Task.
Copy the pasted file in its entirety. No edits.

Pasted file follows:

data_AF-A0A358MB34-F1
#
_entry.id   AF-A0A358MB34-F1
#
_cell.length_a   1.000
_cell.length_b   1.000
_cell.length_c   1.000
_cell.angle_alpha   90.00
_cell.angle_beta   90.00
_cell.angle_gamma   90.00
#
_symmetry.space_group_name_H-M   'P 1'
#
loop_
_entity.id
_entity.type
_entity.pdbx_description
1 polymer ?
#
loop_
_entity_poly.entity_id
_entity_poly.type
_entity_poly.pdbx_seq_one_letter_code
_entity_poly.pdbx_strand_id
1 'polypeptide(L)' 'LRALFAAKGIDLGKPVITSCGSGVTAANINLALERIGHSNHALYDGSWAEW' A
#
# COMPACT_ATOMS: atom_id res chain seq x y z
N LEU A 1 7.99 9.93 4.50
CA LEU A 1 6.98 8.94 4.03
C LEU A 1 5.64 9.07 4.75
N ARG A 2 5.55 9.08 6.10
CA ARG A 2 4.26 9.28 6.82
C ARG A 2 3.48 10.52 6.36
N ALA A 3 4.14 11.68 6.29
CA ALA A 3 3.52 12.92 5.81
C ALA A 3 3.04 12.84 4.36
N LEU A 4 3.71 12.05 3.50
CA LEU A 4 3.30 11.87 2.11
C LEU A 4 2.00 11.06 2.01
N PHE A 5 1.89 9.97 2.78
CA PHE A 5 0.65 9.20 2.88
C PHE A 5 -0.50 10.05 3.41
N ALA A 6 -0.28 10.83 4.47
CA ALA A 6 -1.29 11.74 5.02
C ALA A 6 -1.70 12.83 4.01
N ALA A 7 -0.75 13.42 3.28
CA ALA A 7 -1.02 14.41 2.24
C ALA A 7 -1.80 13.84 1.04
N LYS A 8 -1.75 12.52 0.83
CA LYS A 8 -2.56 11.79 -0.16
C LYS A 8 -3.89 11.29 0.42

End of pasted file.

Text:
data_AF-A0A358MB34-F1
#
_entry.id   AF-A0A358MB34-F1
#
_cell.length_a   1.000
_cell.length_b   1.000
_cell.length_c   1.000
_cell.angle_alpha   90.00
_cell.angle_beta   90.00
_cell.angle_gamma   90.00
#
_symmetry.space_group_name_H-M   'P 1'
#
loop_
_entity.id
_entity.type
_entity.pdbx_description
1 polymer ?
#
loop_
_entity_poly.entity_id
_entity_poly.type
_entity_poly.pdbx_seq_one_letter_code
_entity_poly.pdbx_strand_id
1 'polypeptide(L)' 'LRALFAAKGIDLGKPVITSCGSGVTAANINLALERIGHSNHALYDGSWAEW' A
#
# COMPACT_ATOMS: atom_id res chain seq x y z
N LEU A 1 7.99 9.93 4.50
CA LEU A 1 6.98 8.94 4.03
C LEU A 1 5.64 9.07 4.75
N ARG A 2 5.55 9.08 6.10
CA ARG A 2 4.26 9.28 6.82
C ARG A 2 3.48 10.52 6.36
N ALA A 3 4.14 11.68 6.29
CA ALA A 3 3.52 12.92 5.81
C ALA A 3 3.04 12.84 4.36
N LEU A 4 3.71 12.05 3.50
CA LEU A 4 3.30 11.87 2.11
C LEU A 4 2.00 11.06 2.01
N PHE A 5 1.89 9.97 2.78
CA PHE A 5 0.65 9.20 2.88
C PHE A 5 -0.50 10.05 3.41
N ALA A 6 -0.28 10.83 4.47
CA ALA A 6 -1.29 11.74 5.02
C ALA A 6 -1.70 12.83 4.01
N ALA A 7 -0.75 13.42 3.28
CA ALA A 7 -1.02 14.41 2.24
C ALA A 7 -1.80 13.84 1.04
N LYS A 8 -1.75 12.52 0.83
CA LYS A 8 -2.56 11.79 -0.16
C LYS A 8 -3.89 11.29 0.42